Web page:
Sam Bankman-Fried’s lawyer says FTX investments were not ‘reckless’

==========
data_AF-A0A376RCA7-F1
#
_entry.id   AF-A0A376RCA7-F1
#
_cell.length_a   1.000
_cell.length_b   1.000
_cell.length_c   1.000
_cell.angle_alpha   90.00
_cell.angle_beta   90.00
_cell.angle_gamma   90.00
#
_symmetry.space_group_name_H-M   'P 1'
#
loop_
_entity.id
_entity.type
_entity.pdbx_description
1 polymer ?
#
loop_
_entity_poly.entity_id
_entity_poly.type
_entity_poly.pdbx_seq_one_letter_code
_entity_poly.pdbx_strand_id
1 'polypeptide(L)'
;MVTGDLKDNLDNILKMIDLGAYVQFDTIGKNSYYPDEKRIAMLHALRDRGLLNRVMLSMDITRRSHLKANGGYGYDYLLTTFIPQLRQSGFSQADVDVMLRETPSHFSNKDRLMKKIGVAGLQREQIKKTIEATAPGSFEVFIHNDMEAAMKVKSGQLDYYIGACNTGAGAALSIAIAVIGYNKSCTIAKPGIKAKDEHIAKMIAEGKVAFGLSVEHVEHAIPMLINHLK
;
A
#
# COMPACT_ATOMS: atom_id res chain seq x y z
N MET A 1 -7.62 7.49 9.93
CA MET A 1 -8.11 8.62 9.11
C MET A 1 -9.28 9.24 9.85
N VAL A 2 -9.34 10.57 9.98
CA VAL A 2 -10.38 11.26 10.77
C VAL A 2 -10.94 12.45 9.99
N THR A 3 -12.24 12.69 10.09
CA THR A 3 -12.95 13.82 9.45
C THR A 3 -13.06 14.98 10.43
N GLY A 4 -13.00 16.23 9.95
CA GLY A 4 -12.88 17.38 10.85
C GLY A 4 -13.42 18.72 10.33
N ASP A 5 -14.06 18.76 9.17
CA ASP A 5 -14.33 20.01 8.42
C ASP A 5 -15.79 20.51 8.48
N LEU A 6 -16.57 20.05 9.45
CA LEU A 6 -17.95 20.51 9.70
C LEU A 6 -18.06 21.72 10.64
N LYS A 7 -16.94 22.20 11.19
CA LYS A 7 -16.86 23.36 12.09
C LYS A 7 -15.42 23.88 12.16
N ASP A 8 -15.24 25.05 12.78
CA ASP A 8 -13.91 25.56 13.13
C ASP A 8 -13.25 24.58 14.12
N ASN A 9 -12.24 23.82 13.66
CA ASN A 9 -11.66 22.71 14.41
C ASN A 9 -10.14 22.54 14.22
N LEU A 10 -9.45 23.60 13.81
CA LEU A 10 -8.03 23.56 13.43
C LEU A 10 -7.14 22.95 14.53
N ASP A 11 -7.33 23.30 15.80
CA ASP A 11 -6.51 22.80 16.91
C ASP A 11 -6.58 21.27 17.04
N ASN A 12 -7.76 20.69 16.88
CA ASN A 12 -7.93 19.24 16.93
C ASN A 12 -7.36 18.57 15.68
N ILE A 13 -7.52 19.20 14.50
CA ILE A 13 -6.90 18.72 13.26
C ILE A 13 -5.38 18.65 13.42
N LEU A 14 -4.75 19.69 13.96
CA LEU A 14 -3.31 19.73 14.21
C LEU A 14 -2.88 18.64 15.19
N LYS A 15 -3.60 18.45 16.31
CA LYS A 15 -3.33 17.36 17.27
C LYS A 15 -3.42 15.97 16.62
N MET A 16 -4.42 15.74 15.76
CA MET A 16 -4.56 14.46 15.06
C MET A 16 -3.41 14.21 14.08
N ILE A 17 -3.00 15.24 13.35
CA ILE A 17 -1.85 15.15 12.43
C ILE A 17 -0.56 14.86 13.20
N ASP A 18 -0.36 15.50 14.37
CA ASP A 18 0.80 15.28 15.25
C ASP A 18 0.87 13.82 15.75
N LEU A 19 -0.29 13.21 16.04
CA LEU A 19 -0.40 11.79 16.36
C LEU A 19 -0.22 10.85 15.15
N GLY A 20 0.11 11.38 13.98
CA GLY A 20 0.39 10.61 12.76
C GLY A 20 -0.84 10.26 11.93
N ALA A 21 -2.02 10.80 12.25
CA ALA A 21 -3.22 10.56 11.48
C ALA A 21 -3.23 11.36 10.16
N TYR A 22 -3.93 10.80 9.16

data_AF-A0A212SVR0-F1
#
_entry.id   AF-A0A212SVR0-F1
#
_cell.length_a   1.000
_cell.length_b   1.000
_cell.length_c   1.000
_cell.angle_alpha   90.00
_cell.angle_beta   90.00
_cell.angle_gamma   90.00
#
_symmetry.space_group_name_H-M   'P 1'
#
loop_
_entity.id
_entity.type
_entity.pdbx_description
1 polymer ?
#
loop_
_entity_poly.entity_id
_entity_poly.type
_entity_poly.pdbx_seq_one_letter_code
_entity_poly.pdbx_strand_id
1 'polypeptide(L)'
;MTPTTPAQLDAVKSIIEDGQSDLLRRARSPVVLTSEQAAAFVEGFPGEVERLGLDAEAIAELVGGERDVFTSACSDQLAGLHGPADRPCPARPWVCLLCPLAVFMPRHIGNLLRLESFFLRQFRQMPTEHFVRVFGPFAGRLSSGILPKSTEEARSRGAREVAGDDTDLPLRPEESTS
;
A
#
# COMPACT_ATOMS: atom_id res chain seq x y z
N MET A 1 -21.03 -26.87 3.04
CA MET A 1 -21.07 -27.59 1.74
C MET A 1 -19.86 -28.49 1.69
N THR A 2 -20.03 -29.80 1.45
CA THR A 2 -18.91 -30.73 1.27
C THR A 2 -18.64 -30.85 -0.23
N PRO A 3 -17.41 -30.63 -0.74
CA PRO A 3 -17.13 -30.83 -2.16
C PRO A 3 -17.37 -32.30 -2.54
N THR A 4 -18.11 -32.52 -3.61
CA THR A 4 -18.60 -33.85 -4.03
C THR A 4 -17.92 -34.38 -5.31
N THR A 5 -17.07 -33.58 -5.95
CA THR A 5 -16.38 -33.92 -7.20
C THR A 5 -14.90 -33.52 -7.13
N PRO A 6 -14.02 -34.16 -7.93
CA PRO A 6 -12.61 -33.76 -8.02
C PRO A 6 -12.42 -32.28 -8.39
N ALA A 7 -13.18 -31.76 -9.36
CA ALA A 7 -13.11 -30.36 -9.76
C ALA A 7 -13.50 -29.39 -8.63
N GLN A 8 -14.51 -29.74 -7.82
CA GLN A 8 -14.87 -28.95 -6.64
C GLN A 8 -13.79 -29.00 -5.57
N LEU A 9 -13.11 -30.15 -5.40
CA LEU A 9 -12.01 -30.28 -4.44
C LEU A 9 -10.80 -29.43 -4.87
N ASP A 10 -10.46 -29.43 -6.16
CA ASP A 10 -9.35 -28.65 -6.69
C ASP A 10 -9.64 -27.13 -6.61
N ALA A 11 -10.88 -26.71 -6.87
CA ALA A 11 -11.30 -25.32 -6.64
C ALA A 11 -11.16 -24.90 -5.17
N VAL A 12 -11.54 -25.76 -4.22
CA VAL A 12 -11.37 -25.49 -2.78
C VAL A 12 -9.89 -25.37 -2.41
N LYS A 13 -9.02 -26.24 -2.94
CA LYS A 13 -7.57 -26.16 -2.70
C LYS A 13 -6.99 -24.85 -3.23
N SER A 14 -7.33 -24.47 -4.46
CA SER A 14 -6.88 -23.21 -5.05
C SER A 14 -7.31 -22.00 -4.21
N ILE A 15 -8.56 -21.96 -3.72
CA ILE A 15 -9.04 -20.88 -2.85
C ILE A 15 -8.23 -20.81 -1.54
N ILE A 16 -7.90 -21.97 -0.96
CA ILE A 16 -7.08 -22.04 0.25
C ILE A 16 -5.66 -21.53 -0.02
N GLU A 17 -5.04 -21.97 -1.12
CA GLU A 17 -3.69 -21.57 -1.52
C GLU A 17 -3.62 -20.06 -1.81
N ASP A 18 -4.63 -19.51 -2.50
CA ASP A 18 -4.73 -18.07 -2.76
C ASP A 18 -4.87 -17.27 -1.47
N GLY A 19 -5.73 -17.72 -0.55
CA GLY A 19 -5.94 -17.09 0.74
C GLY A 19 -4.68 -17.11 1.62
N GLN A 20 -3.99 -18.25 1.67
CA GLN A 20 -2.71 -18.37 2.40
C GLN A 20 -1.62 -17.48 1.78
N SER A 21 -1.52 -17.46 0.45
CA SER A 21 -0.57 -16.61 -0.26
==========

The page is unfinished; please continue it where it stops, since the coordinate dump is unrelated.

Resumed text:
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NEW YORK, Oct 17 (Reuters) – FTX founder Sam Bankman-Fried’s lawyer on Tuesday said the now-bankrupt cryptocurrency exchange’s investments were not “reckless and frivolous,” pushing back against testimony by a former executive who called its spending on marketing and celebrity endorsements excessive. Nishad Singh, FTX’s former engineering chief, testified at Bankman-Fried’s fraud trial on Monday that the company’s venture investments and $1.1 billion in planned marketing deals, including naming rights to the arena where the NBA’s Miami Heat play and featuring NFL quarterback Tom Brady in commercials, “reeked of excess and flashiness.” Defense lawyer Mark Cohen on Tuesday kicked off his cross-examination of Singh – one of three former members of Bankman-Fried’s inner circle who have pleaded guilty to fraud and agreed to cooperate with prosecutors – by asking Singh whether promoting FTX’s brand could be useful. “I understood it had business benefits and costs,” Singh said in testimony that defense lawyers could use to argue that Bankman-Fried was making what he believed to be good-faith business decisions in shelling out funds for marketing and investments even if others disagreed. Singh testified on Monday that he worried that a deal that the company had with an investment firm called K5, which Bankman-Fried described as a “one-stop shop” for brokering relationships with celebrities, would prove “toxic” for FTX’s culture. On Tuesday, Singh said K5 also helped Bankman-Fried invest in a tequila brand run by a “famous celebrity,” when asked by Cohen whether the firm was anything more than a relationship broker. “Yesterday (Monday) we were told these were all reckless and frivolous investments, and I’m entitled to show that there was way more to it than we were told yesterday,” Cohen said, after a prosecutor objected to his questioning about K5. In a lawsuit filed against K5 in June seeking to claw back $700 million, FTX’s current management said a Bankman-Fried-controlled shell company used $214 million in FTX funds to buy a stake in celebrity Kendall Jenner’s 818 Tequila brand at a time when the tequila company’s assets were valued at just $2.94 million. This is the third week of Bankman-Fried’s trial in Manhattan federal court on charges related to the looting billions of dollars in customer funds to make investments, donate to U.S. political campaigns and prop up his hedge fund, Alameda Research. Bankman-Fried, who has pleaded not guilty, has argued that while he made mistakes running FTX, he never intended to steal funds. His lawyers have said he is considering taking the witness stand in his own defense. Jurors have already heard from Gary Wang, FTX’s former chief technology officer, and Caroline Ellison, Alameda’s onetime chief executive officer and Bankman-Fried’s former girlfriend. Read Next / Editor’s Picks Worldcategory Georgia deputy kills Black man freed from prison after exoneration 4:15 PM UTC · Updated ago article with gallery World at Workcategory Ford, UAW leaders spar as auto strike costs rise October 16, 2023 Businesscategory Exclusive: Activist hedge fund Trian targets insurer Allstate 3:41 PM UTC World at Workcategory Tyson Foods workers, activists protest child labor in US meat sector October 16, 2023 Reporting by Luc Cohen in New York; Editing by Will Dunham Our Standards: The Thomson Reuters Trust Principles. Acquire Licensing Rights, opens new tab Luc Cohen Thomson Reuters Reports on the New York federal courts. Previously worked as a correspondent in Venezuela and Argentina.

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